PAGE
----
Forget everything, leave everything, and spend at least half an hour, but I reckon for some might be an hour length more, as attached research paper written by the great sociologist, Charles Tilly, and sent to me by Mark (our sincere gratitude), is highly demanding in intellectual comprehension.
Before we proceed to the paper, I would like to say, in brief, the origin of this article is an extension of yesterday’s post, on the ”Laws To Undermine Warfare”, that which can be located below (or here: https://geopoliticalintelligence.wordpress.com/2011/08/25/help-required-please-add-your-thoughts-to-this-legal-framework-list-on-the-laws-to-undermineregulate-the-use-of-force-in-the-international-national-relations/), and also please see e-library for the greatest intellectual and academic work ever written in the our time, Empire, by Michael Hardt and Thomas Negri (a pdf file, pp.500), examining the new neo-imperial age, under the auspice or veil of international institutions not states. can be located here directly, https://geopoliticalintelligence.wordpress.com/selected-contemporary-political-essays-by-ss-salem/michael-hardt-antonio-negri-empire/.
Charles Tilly examining in acceptable detail what is, and the why, it is so, of the ‘symbiotic relationship’ between the state-making and war-making, in other words, state and war. His point of view, state under ‘governments’ are ‘protectionists racketeers’, they will threat you with violence, or shielding you from one through payments, taxes etc, writing:
”It protection rackets represent organised crime at its smoothest, then war risking and state making – quintessential protection rackets with the advantage of legitimacy – qualify as our largest examples of organised crime.”
The research study is an absolute must read, and it will open ones mind wide in contemplating the reasons behind ”why state go to war?”.
I have copied and pasted few general and interesting quotes from the paper for those with no time to spare, mind you, the paper is only ten-pages (pdf);
”To a lesser extent, war making likewise led to state making through the expansion of military organization itself, as a standing army, war industries, supporting bureaucracies, and (rather later) schools grew up within the state apparatus. All of these structures checked potential rivals and opponents. In the course of making war, extracting resources, and building up the state apparatus, the managers of states formed alliances with specific social classes. The members of those classes loaned resources, provided technical services, or helped ensure the compliance of the rest of the population, all in return for a measure of protection against their own rivals and enemies. As a result of these multiple strategic choices, a distinctive state apparatus grew up within each major section of Europe.”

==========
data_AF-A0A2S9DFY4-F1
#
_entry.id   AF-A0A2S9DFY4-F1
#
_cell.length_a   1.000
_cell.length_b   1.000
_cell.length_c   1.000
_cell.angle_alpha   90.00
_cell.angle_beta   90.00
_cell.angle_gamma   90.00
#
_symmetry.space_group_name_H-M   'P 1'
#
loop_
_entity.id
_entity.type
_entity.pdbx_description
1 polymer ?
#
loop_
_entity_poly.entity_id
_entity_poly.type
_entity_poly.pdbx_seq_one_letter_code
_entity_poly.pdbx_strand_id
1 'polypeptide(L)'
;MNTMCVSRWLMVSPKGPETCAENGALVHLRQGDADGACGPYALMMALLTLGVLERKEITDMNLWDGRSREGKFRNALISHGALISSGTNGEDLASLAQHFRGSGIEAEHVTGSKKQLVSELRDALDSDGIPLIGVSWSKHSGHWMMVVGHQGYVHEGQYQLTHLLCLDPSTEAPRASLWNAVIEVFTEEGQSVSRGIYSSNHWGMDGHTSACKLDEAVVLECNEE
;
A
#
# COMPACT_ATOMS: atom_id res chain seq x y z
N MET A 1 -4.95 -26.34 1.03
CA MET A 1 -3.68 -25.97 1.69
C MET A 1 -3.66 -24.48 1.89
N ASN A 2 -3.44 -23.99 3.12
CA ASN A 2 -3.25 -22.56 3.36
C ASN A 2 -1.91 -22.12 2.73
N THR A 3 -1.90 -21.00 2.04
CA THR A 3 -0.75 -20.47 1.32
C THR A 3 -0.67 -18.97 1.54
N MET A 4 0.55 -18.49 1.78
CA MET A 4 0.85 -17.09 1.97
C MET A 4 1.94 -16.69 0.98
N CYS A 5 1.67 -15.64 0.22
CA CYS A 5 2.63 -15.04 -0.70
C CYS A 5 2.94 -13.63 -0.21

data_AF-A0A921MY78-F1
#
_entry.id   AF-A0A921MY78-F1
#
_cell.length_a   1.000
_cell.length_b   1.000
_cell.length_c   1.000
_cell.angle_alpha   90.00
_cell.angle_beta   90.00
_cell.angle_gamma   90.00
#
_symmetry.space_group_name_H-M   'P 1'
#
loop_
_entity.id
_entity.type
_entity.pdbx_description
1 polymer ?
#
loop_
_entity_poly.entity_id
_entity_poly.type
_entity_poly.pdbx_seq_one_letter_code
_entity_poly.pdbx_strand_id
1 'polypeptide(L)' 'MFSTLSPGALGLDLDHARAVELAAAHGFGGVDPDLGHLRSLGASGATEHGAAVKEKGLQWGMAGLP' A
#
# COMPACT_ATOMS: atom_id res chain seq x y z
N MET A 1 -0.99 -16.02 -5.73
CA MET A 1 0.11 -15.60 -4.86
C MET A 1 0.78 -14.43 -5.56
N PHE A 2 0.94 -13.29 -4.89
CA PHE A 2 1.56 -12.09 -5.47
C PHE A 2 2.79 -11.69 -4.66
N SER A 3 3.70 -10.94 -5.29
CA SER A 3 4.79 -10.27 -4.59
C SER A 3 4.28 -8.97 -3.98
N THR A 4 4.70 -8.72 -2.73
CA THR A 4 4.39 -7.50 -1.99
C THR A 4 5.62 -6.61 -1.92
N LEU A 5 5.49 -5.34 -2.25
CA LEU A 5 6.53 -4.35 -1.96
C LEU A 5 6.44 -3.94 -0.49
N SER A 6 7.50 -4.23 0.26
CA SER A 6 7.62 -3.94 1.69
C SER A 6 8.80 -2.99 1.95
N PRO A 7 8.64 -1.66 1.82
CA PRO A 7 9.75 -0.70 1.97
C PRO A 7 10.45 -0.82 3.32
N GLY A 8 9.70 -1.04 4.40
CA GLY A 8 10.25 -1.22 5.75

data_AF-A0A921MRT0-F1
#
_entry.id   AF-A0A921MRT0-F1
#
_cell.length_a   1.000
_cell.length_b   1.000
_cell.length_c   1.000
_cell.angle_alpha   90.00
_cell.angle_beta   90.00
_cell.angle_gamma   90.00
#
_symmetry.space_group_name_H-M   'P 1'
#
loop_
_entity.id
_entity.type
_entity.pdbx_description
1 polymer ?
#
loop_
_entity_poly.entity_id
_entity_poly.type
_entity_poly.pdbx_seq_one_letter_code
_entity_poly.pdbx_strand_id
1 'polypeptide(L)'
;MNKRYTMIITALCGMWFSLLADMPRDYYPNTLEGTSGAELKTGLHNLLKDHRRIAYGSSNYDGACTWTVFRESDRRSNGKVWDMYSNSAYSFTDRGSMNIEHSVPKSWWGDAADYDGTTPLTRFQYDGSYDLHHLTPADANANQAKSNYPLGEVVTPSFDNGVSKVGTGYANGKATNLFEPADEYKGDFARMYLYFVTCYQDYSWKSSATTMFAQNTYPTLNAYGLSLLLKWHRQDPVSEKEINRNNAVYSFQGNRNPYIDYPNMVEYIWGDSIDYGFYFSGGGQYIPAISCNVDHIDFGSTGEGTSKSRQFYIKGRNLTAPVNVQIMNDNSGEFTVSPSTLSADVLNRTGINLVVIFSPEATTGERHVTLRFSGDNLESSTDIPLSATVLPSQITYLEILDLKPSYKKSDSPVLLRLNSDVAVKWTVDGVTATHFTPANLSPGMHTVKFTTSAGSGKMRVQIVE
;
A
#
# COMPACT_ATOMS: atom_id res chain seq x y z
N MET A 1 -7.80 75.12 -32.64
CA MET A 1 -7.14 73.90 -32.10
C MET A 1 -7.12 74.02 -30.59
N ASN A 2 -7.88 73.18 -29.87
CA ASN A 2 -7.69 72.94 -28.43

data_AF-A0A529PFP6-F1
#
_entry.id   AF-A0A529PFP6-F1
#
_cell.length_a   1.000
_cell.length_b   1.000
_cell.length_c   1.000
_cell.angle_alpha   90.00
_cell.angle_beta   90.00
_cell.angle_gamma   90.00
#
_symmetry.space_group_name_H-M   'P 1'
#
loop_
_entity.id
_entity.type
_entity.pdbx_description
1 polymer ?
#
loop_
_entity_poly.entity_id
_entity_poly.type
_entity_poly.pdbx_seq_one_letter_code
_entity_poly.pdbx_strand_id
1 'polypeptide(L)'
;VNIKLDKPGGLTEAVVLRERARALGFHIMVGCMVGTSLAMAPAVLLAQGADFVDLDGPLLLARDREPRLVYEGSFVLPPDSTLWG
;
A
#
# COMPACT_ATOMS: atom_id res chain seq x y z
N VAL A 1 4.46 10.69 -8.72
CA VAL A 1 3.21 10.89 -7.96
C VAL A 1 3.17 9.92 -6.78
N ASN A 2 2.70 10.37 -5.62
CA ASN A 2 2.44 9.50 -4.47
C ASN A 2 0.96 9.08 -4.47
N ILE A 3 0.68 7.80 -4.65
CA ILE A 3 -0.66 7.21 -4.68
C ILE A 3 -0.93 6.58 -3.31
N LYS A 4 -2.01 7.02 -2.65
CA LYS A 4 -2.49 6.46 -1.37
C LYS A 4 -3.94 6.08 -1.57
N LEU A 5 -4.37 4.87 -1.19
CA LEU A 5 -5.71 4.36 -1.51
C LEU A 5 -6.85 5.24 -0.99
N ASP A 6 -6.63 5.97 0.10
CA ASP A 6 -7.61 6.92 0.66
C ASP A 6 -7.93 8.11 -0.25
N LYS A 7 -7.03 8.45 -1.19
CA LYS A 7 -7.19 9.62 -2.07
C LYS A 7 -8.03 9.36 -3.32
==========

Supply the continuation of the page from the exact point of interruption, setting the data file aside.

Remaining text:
”What Do States Do?
As should now be clear, Lane’s analysis of protection fails to distinguish among several different uses of state-controlled violence. Under the general heading of organized violence, the agents of states characteristically carry on four different activities:
1. War making: Eliminating or neutralizing their own rivals outside the territories in which they have clear and continuous priority as wielders of force
2. State making: Eliminating or neutralizing their rivals inside those territories
3. Protection: Eliminating or neutralizing the enemies of their clients
4. Extraction: Acquiring the means of carrying out the first three activities – war making, state making, and protection
Each of the major uses of violence produced characteristic forms of organization. War making yielded armies, navies, and supporting services. State making produced durable instruments of surveillance and control within the territory. Protection relied on the organization of war making and state making but added to it an apparatus by which the protected called forth the protection that was their due, notably through courts and representative assemblies. Extraction brought fiscal and accounting structures into being. The organization and deployment of violence themselves account for much of the characteristic structure of European states.”
”As Jan de Vries says of the period after 1600:
Looking back, one cannot help but be struck by the seemingly symbiotic relationship existing between the state, military power, and the private economy’s efficiency in the age of absolutism. Behind every successful dynasty stood an array of opulent banking families. Access to such bourgeois resources proved crucial to the princes’ state-building and centralizing policies. Princes also needed direct access to agricultural resources, which could be mobilized only when agricultural productivity grew and an effective administrative and military power existed to enforce the princes’ claims. But the lines of causation also ran in the opposite direction. Successful state-building and empire-building activities plus the associated tendency toward concentration of urban population and government expenditure, offered the private economy unique and invaluable opportunities to capture economies of scale. These economies of scale occasionally affected industrial production but were most significant in the development of trade and finance. In addition, the sheer pressure of central government taxation did as much as any other economic force to channel peasant production into the market and thereby augment the opportunities for trade creation and economic specialization.”